Gianni Schicchi, Knoxville Opera, Tennessee Theatre, Knoxville, October 2018
Knoxville Opera presents a double bill tonight and Sunday at the Tennessee Theatre and the fare is anything but stilted. If you haven’t experienced opera, this would be a good place to start. If you enjoy opera, but think it sometimes takes itself a bit too seriously, this is your night. The Impressario is presented along with Gianni Schicchi in a double-header with an intermission.
You might wonder who would have the nerve to poke fun at opera? Isn’t it sort of a sacred cow and isn’t making fun of it reserved for dullards who don’t “get it?” As it turns out, the person willing to take it on is one Wolfgang Amadeus Mozart. Written on command for a private luncheon for Holy Roman Emperor Joseph II, Mozart called it a “comedy with music.”
The Impressario is producing an opera and has an inflated sense of his own importance. The audition for the lead in the opera being produced turns into a vocal dual between two divas who sing ever higher notes. It also contains a couple of very beautiful arias.
The production includes a larger-than-usual amount of spoken dialogue, which is in English. Contemporary performances of the opera often include major re-writing to make the dialogue relate to contemporary culture. Such is the case in this production, in which much of the dialogue was written by Executive and Artistic Director Brian Salesky. It draws liberally on local references including UT and featuring cameos by well-known local guests.
In a clever twist, the re-writing of the dialogue in The Impressario, includes the audition for Puccini’s Gianni Schicchi, which just happens to be the opera that follows. The divas fighting in the first opera appear in the roles they won as they battled for the premier roles.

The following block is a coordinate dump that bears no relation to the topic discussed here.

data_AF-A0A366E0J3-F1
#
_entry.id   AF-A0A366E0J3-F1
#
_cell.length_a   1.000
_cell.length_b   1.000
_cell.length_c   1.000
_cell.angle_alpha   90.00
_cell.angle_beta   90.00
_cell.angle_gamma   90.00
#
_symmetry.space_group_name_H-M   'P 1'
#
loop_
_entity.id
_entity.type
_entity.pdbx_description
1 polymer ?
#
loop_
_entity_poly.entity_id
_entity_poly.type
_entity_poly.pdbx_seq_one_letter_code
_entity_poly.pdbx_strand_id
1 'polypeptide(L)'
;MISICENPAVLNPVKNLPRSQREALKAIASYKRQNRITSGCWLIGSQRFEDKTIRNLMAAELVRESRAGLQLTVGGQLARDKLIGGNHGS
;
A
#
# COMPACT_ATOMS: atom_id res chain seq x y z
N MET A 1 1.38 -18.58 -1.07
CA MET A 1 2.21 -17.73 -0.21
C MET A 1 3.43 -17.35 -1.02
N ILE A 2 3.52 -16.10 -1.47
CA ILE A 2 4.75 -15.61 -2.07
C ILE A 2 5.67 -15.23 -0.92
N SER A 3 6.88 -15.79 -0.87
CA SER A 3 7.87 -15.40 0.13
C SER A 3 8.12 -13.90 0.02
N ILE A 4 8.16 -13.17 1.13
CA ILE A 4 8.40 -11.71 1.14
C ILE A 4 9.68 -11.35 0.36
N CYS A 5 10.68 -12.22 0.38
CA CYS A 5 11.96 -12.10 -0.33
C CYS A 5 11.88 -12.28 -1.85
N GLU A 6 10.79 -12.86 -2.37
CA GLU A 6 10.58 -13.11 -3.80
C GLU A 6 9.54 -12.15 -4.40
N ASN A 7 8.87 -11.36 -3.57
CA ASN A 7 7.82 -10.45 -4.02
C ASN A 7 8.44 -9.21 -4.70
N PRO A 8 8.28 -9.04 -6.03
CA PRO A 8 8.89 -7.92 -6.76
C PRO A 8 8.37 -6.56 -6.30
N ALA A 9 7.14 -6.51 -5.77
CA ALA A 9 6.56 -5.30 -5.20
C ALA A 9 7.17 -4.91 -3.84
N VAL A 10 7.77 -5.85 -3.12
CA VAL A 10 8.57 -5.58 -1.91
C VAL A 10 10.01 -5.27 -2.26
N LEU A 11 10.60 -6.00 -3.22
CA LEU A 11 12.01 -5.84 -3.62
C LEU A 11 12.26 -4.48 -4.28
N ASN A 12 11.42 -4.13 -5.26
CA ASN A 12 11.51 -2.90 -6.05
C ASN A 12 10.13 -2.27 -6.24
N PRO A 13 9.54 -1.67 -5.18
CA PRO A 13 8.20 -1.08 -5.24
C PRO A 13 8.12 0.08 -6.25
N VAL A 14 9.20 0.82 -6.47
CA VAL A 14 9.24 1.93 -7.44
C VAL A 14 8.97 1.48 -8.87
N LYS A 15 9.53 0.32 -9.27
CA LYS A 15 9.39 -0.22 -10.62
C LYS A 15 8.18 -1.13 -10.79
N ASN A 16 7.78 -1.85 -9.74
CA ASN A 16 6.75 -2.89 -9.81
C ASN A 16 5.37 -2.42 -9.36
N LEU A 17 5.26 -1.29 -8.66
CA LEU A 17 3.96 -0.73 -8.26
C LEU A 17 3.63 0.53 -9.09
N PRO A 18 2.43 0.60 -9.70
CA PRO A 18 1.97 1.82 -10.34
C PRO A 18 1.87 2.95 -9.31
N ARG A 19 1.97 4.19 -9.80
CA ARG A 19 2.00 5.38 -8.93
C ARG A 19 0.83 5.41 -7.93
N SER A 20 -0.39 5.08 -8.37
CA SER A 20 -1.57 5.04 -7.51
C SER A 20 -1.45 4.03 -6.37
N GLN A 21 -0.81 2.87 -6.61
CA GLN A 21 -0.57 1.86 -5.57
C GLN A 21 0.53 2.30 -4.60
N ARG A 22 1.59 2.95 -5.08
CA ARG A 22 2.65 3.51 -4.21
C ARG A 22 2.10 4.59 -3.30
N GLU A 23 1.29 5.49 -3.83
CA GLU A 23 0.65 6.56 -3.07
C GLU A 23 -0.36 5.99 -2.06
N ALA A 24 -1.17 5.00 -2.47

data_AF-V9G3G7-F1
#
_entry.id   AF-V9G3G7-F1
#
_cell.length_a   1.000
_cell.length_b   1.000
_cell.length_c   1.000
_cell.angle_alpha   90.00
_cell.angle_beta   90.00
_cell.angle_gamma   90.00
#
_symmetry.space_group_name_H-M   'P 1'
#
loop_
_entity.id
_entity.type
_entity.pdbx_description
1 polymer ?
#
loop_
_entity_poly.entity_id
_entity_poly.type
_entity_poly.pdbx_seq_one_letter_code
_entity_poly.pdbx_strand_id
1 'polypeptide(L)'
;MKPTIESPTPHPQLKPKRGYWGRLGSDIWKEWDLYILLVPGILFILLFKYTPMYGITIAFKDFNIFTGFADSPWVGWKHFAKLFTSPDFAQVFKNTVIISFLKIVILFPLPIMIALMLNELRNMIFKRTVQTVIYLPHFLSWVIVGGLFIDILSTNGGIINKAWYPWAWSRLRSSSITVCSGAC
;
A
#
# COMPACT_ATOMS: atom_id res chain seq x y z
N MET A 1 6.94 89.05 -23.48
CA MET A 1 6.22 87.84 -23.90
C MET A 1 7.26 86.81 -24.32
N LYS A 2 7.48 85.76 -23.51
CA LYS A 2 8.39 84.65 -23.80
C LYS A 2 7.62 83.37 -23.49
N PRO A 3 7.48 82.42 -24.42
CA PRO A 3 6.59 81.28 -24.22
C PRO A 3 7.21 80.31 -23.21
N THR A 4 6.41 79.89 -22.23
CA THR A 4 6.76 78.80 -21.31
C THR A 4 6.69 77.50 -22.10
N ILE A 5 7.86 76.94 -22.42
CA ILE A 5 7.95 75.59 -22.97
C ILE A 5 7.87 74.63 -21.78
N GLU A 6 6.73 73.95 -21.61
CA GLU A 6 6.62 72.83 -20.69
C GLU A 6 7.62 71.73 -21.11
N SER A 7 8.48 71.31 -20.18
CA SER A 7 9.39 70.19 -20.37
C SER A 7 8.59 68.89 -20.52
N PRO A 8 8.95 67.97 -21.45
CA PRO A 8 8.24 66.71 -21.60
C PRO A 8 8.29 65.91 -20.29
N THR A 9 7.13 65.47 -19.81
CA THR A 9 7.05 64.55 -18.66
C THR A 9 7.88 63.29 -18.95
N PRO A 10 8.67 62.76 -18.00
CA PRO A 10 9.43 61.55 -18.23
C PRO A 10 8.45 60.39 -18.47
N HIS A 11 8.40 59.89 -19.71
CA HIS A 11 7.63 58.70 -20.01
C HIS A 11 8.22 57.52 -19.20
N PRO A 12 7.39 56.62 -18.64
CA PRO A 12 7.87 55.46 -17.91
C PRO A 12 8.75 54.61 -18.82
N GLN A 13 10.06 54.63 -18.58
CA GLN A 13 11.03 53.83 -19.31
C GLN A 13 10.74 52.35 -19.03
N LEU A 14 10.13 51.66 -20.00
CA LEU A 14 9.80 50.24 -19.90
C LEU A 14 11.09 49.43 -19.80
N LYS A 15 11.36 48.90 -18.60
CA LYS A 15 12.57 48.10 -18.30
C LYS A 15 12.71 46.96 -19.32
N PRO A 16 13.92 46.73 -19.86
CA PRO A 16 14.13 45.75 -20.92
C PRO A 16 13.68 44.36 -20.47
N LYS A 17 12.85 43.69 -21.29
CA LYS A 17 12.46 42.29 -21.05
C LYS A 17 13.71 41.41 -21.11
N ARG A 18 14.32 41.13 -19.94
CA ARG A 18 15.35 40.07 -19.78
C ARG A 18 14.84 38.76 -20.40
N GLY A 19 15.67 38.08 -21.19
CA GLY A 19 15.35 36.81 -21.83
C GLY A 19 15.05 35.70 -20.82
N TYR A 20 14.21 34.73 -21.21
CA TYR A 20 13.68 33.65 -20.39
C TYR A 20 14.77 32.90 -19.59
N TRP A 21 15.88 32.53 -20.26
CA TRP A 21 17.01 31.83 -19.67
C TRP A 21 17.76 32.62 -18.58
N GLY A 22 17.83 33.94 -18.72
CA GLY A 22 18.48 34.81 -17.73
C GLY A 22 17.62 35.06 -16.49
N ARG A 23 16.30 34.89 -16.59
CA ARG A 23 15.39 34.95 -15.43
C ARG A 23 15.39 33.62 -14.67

Referencing a small snippet of a story in Dante’s Inferno, and expanding it, a family is gathered around their dying patriarch. The setting is 1299 Florence and a vast fortune will soon be distributed. The family’s apparent mourning is soon exposed as greed as they search for a will.
The will, once found, leaves everything to charity. The greedy family consults an attorney who is from the common classes to help them circumvent the will. He agrees to pose as the, now dead, patriarch and dictate a will to unsuspecting officials. He helps the family, but helps himself more as he “leaves” large pieces of the family fortune to himself.
The two operas pair well together and with their slim running times offer a perfectly fun night at the opera. Leave your expectations at the door and have a good time. The music, as always is superb, from the Knoxville Symphony Orchestra to the individual performers. Brian Deedrick is stage director and major roles include Sean Anderson as the Impressario and other roles, Kirk Dougherty as Cristoforo Cannelloni and Rinuccio, Brandie Sutton as herself and Lauretta, Brittany Robinson as herself and Nella and Scott Bearden as Gianni Schicchi. You can see full performer listings and bios here.
Both performances are at the Tennessee Theatre, tonight at 7:30 PM or Sunday at 2:30 PM. Tickets may be purchased at the Tennessee Theatre Box office or online here. Tickets are still available.